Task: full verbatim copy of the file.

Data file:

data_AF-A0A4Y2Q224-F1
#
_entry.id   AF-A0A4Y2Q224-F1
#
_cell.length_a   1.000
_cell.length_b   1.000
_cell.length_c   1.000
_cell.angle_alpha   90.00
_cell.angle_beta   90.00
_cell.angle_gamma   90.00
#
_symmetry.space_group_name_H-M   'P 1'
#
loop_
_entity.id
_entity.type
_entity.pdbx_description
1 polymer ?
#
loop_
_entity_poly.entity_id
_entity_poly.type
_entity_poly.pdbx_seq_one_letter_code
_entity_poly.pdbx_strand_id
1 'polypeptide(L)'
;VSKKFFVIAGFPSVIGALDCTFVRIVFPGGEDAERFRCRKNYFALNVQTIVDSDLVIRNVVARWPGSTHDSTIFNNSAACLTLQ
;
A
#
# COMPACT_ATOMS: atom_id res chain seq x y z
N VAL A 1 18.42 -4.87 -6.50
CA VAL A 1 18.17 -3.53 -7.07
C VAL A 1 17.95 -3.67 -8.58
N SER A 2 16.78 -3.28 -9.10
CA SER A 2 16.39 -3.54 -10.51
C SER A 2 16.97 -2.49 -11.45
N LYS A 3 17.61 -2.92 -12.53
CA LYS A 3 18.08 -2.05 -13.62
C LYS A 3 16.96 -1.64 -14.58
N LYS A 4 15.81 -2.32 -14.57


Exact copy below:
data_AF-A0A4Y2Q224-F1
#
_entry.id   AF-A0A4Y2Q224-F1
#
_cell.length_a   1.000
_cell.length_b   1.000
_cell.length_c   1.000
_cell.angle_alpha   90.00
_cell.angle_beta   90.00
_cell.angle_gamma   90.00
#
_symmetry.space_group_name_H-M   'P 1'
#
loop_
_entity.id
_entity.type
_entity.pdbx_description
1 polymer ?
#
loop_
_entity_poly.entity_id
_entity_poly.type
_entity_poly.pdbx_seq_one_letter_code
_entity_poly.pdbx_strand_id
1 'polypeptide(L)'
;VSKKFFVIAGFPSVIGALDCTFVRIVFPGGEDAERFRCRKNYFALNVQTIVDSDLVIRNVVARWPGSTHDSTIFNNSAACLTLQ
;
A
#
# COMPACT_ATOMS: atom_id res chain seq x y z
N VAL A 1 18.42 -4.87 -6.50
CA VAL A 1 18.17 -3.53 -7.07
C VAL A 1 17.95 -3.67 -8.58
N SER A 2 16.78 -3.28 -9.10
CA SER A 2 16.39 -3.54 -10.51
C SER A 2 16.97 -2.49 -11.45
N LYS A 3 17.61 -2.92 -12.53
CA LYS A 3 18.08 -2.05 -13.62
C LYS A 3 16.96 -1.64 -14.58
N LYS A 4 15.81 -2.32 -14.57